2. Then did the police screw up? For the most part, I think not. Just because a criminal case settles doesn't mean the police were wrong in bringing it. For one thing, if you have any doubt at all, how do you not want to see further investigation, with advocates for both sides, of a credible allegation of this sort?
I didn't see this case as the investigating detective saw it, or listen as he did to what the witnesses were actually saying and how they were saying it. I suspect he was also getting some pressure from the parents. Could the truth have been ascertained earlier, sparing the participants -- particularly Solis -- further angst? I'm reluctant to judge.
Nearly 40 years ago I was a long-haired motorcycle bum who got hired as the Las Cruces Bureau Chief for the El Paso Times. Once I was riding along with one of the city's first female police officers, to do a feature story on her. We'd picked up a male officer who needed a ride back to his car. A call came over the radio of a burglary in progress in a residential neighborhood. Because the male officer happened to be with us, she could take the call. She did. We arrived at a dark house in a quiet neighborhood. I quickly realized that I'd better stay damned close to the two officers, because any back-up officers would instantly assume the long-haired guy was the "perpetrator." The officers knocked on the door. No answer. We went in, and through the living room, and down a dark hallway. At the far end, on the left, a door opened. The female officer, in front, moved quickly from the hallway into a vacant room. I, in the rear, quickly moved from the hallway into a vacant room. The officer in the middle had no convenient exit, so he crouched and pointed his gun and shouted "Freeze! Police! at the individual who emerged from the opened door. That individual, a tall, slender Hispanic gentleman, very sleepy, was in fact a friend of the owners whom the owners had forgotten to mention to the neighbors. Fortunately, his first reaction was to slowly raise his hands as ordered. But afterward, the officer and I talked. He was shaking, because he knew how close he'd come to shooting the guy -- or at least, that if the sleepy citizen had made some sudden move, out of fear and confusion, he'd probably have shot him; and for me -- a young fellow with a radical background and quite varied experiences of police officers -- it was a good lesson. Had the other fellow made some quick and ambiguous motion, and had there been a shooting, I could not have faulted the officer; but I knew that had I not been there, but merely read about the shooting, I might easily have condemned the shooting of an unarmed citizen.]
[At any rate, what I hope to do in next week's column is to discuss briefly how our institutions -- law enforcement, public prosecutor, and school administration -- performed in this case.]
[I don't usually bother with stuff like this, but someone called "Sound Off" (which, for those from other places, is a feature in the local newspaper in which folks can call in and have their comments, questions, insults, and what-not printed in the paper) and we saw on Thursday this:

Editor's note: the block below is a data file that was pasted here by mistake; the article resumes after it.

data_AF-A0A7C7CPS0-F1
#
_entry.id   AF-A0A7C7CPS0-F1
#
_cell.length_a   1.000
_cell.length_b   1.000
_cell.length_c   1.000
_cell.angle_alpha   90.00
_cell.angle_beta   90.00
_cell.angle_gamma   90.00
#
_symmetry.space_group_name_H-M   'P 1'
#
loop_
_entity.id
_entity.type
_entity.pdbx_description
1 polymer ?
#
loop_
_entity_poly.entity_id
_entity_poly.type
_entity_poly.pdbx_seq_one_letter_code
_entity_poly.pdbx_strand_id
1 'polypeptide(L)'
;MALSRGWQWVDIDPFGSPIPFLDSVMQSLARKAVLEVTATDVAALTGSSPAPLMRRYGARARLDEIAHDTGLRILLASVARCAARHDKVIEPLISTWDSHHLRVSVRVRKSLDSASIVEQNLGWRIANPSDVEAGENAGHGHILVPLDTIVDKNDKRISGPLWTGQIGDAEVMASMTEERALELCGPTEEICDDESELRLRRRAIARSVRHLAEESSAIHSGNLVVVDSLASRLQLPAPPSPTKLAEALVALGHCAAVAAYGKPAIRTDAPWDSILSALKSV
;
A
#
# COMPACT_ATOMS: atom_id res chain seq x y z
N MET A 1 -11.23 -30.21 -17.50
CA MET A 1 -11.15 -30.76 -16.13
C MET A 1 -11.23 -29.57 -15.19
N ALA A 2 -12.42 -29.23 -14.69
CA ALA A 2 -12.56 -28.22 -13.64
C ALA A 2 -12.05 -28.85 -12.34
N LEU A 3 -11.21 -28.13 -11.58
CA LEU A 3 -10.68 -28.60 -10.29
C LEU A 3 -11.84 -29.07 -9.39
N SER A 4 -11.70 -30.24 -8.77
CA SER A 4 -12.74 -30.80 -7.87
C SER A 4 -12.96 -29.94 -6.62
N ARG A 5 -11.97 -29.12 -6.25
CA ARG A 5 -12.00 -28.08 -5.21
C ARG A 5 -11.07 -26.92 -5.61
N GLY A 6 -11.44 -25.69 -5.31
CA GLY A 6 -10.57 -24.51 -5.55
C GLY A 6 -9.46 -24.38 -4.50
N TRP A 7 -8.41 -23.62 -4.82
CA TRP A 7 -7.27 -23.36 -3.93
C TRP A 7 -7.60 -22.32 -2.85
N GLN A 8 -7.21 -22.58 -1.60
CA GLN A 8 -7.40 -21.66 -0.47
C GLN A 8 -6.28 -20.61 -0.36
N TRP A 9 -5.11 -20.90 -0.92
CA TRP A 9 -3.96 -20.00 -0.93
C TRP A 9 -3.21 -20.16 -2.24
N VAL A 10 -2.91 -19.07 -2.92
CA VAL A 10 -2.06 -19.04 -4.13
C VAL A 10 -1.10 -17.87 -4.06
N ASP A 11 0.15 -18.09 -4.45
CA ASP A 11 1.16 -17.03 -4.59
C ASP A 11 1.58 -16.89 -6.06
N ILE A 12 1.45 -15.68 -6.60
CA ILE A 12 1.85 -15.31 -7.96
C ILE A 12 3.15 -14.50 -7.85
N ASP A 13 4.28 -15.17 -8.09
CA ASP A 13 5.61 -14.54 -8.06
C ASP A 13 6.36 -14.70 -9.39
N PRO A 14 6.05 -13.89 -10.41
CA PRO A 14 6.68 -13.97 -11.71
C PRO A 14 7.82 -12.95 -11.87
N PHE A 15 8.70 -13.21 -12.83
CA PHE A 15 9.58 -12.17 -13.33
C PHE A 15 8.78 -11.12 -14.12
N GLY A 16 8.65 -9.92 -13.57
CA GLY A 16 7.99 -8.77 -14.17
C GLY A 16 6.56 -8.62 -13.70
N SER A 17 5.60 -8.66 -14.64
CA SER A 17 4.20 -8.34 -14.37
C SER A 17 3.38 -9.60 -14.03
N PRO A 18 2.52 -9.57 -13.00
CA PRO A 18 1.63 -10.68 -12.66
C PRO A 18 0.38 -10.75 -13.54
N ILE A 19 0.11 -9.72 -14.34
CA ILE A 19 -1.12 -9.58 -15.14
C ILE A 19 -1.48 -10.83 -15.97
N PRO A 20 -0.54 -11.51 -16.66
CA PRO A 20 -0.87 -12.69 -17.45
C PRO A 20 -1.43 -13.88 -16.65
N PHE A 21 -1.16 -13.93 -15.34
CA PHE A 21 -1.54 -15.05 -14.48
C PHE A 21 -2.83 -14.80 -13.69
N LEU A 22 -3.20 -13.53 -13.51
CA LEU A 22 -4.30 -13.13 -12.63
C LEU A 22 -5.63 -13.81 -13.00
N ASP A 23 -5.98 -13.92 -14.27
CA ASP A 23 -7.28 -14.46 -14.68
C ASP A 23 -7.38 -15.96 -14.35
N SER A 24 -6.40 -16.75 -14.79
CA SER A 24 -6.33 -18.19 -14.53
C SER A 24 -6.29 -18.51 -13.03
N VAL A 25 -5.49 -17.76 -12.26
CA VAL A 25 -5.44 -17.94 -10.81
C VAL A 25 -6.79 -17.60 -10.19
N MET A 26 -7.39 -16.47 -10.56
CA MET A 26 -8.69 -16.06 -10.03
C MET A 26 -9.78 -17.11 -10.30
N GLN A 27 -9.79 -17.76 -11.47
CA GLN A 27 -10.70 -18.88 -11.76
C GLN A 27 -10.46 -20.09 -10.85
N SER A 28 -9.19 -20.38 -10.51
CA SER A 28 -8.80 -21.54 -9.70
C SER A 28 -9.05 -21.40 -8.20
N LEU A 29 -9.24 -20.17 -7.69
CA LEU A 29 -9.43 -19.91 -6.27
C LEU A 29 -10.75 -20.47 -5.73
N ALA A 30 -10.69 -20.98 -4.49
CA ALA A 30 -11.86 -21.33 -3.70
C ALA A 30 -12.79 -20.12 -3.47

"GOODMAN COLUMN> Peter Goodman routinely offers innuendo, rumor, and lazy fact gathering, then draws wild conclusions. In his latest instance of reckless commentary, he blames the school board and administrators for a person's arrest and indictment as though they, and not police and a grand jury, perform those functions."
One reason I don't usually answer these is my feeling that if someone does you the courtesy of reading what you write, s/he deserves a little respect in return. However, it's not clear that this person read much more than the headline.
I'm open to plenty of criticisms. But how do you accuse me of "lazy fact-gathering" and relying on "rumors" when I took the time to interview quite a few people and even read actual evidence, which I suspect most folks have not? How do you get the idea I'm blaming the school board for an indictment when I say no such thing and discuss what the police and prosecutors did? The school has certain legal obligations when there are allegations of child molestation and the like. I think that requirement is right, although it can lead to some unfair situations. I certainly can't fault the school for complying with the law. Of course you want to separate the alleged wrong-doer from the kids forthwith. I have serious questions about the school's conduct, and I'll ask them; but for the moment the school has declined to discuss the matter with me because it's still the subject of an administrative appeal within the school system and could be the subject of litigation. (I'm not criticizing their refusal, just noting it.)
It's possible that the indictment and the withdrawal of all felony counts were each proper exercise of judgment at the time each occurred. That's sort of how the police and prosecutors see it; the girl's father has made clear he doesn't agree with dropping the sex charges; the teacher might reasonably feel that interviewers should have gotten to what appears to be the truth somewhat sooner, or delayed an indictment. I reserve judgment.]
[On the other hand, the reader/complainer has this disadvantage: s/he probably hasn't investigated the matter so fully, and although I've tried to be clear and fair, (1) it ain't as if I know everything there is to know either, (2) some of what folks have shared with me was conditioned on my not attributing it to the person, and (3) I resisted including several additional bits of material that, while they were accurate and (in my view) would have made the case clearer, might have unnecessary embarrassed the young girl or her family.]
As you'll read in my next column, I do question the school board's action in firing the guy; but even so, I resist jumping to conclusions: I've seen a lot of evidence, but not everything; and